J Altern Complement Med 2020 (Jul); 26 (7): 592–601–693
Robert Vining, Cynthia R. Long, Amy Minkalis, M. Ram Gudavalli, Ting Xia, Joan Walter, Ian Coulter, and Christine M. Goertz
Palmer Center for Chiropractic Research,
Palmer College of Chiropractic,
Davenport, IA, USA.
Objectives: To investigate whether chiropractic care influences strength, balance, and/or endurance in active-duty United States military personnel with low back pain (LBP).
Design: This study employed a prospective randomized controlled trial using a pragmatic treatment approach. Participants were randomly allocated to 4 weeks of chiropractic care or to a wait-list control. Interventions: Chiropractic care consisted of spinal manipulation, education, advice, and reassurance.
Settings/Location: Naval Air Technical Training Center branch clinic at the Naval Hospital Pensacola Florida.
Subjects: One hundred ten active-duty military personnel 18-40 years of age with self-reported LBP.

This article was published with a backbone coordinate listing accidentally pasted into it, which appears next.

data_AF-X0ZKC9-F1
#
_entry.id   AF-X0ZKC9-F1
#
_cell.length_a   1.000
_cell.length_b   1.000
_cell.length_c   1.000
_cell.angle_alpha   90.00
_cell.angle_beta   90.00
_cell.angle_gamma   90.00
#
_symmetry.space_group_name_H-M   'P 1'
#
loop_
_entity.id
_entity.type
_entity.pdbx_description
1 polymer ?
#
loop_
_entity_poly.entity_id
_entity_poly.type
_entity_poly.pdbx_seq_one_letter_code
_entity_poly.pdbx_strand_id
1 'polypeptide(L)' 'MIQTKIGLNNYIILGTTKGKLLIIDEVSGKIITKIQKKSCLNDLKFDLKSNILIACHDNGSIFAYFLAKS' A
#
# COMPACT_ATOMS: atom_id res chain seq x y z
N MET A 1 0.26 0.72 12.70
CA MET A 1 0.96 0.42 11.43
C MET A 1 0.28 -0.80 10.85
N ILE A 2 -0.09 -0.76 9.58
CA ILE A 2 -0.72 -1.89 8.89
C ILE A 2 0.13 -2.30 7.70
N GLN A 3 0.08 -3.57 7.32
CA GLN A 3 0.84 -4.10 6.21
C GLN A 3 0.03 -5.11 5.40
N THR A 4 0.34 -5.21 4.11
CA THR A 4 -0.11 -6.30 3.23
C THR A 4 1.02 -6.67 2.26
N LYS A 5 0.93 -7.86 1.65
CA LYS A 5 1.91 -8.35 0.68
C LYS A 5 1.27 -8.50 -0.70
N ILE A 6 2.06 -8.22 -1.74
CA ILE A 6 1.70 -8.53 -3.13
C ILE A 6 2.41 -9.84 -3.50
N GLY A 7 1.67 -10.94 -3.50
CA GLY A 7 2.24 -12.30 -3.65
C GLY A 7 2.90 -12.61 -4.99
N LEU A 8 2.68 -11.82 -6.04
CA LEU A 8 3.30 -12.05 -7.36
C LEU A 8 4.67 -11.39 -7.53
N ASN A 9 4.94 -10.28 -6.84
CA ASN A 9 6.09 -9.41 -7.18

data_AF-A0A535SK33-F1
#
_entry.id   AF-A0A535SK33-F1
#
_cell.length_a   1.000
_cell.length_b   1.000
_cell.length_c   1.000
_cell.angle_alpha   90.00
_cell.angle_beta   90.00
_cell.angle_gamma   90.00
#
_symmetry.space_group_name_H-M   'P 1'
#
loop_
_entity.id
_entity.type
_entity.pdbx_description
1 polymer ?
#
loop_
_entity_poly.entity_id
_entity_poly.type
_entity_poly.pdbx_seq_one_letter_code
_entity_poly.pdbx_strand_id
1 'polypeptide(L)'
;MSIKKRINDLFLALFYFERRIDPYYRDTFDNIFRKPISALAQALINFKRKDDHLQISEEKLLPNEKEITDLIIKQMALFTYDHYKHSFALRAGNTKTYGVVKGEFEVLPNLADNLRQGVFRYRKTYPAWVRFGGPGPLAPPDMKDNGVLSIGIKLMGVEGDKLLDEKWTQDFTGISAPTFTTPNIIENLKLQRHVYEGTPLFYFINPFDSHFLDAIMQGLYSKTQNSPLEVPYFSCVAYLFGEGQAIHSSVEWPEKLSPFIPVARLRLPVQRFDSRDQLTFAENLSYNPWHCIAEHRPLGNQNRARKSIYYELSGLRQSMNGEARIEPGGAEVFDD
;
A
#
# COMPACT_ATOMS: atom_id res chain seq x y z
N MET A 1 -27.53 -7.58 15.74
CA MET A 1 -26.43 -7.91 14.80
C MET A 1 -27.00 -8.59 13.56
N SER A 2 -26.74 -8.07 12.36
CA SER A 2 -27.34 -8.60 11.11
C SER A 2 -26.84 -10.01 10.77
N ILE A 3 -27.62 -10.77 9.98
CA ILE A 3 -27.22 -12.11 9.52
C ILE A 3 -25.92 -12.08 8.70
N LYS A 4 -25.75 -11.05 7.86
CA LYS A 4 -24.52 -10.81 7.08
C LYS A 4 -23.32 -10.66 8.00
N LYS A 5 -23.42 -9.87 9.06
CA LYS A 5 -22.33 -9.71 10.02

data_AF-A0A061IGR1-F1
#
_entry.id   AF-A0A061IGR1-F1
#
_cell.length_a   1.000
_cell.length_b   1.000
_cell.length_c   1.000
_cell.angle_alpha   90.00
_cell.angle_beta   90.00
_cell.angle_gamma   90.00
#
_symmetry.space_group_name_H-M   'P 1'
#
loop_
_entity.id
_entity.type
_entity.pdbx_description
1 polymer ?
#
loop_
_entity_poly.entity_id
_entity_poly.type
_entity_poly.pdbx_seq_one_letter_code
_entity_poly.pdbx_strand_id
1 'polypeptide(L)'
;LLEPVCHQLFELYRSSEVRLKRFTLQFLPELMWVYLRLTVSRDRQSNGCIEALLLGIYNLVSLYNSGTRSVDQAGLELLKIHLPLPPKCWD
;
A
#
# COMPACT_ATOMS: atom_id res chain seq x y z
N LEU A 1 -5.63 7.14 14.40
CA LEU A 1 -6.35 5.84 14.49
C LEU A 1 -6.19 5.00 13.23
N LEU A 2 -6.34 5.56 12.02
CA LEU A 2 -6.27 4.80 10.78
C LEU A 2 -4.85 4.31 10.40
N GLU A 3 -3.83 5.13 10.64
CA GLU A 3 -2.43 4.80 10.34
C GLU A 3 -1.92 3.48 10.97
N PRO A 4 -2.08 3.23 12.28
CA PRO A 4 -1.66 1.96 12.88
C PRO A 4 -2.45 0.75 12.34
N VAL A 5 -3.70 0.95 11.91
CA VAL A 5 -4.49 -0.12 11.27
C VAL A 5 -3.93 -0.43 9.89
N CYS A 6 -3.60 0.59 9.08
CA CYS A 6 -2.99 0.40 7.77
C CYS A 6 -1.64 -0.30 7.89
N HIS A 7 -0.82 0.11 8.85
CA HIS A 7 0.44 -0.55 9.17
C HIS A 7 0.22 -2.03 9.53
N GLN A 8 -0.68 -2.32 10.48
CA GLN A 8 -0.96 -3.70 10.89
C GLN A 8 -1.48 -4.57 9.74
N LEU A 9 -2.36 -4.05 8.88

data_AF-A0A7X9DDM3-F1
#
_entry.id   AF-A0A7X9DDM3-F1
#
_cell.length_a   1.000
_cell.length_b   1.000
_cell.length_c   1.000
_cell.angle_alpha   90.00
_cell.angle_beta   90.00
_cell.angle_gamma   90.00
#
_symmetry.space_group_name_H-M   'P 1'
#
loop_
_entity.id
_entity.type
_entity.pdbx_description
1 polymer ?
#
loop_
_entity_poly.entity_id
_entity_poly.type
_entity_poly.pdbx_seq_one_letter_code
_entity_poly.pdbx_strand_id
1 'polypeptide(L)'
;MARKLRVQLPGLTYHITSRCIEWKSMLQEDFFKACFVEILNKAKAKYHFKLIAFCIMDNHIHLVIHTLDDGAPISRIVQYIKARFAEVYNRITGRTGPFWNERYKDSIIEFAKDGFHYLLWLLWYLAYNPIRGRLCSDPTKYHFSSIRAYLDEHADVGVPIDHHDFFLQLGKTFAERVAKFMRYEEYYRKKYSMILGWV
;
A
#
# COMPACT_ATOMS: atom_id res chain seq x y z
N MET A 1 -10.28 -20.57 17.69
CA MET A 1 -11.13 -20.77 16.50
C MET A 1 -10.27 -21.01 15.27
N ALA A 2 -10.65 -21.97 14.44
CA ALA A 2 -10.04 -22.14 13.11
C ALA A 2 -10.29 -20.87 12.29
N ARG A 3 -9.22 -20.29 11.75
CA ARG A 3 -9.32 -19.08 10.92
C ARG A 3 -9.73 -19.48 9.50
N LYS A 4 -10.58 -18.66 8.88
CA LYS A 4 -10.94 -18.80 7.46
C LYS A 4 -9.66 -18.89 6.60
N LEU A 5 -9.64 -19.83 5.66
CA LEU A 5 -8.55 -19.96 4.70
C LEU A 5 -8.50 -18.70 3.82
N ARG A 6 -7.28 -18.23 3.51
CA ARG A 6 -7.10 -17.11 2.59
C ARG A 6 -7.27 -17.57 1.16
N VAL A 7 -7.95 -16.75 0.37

Outcome measures: Isometric pulling strength from a semisquat position was the primary outcome. Secondary outcomes were single-leg balance with eyes open and eyes closed, and trunk muscle endurance using the Biering-Sorensen test. Patient-reported outcomes such as pain severity and disability were also measured. Outcomes were measured at baseline and 4 weeks. Linear mixed-effects regression models over baseline and 4 weeks were used for analysis.
Results: Participants had mean age of 30 years (18-40), 17% were female, 33% were non-white, and 86% reported chronic LBP. Mean maximum pulling strength in the chiropractic group increased by 5.08 kgs and decreased by 7.43 kgs in the wait-list group, with a statistically significant difference in mean change between groups (p = 0.003). Statistically significant differences in mean change between groups were also observed in trunk muscle endurance (13.9 sec, p = 0.002) and balance with eyes closed (0.47 sec, p = 0.01), but not in balance with eyes open (1.19 sec, p = 0.43). Differences in mean change between groups were statistically significant in favor of chiropractic for LBP-related disability, pain intensity and interference, and fear-avoidance behavior.
Conclusions: Active-duty military personnel receiving chiropractic care exhibited improved strength and endurance, as well as reduced LBP intensity and disability, compared with a wait-list control.
KEYWORDS: chiropractic; low back pain; muscle strength; physical endurance; postural balance; spinal manipulation.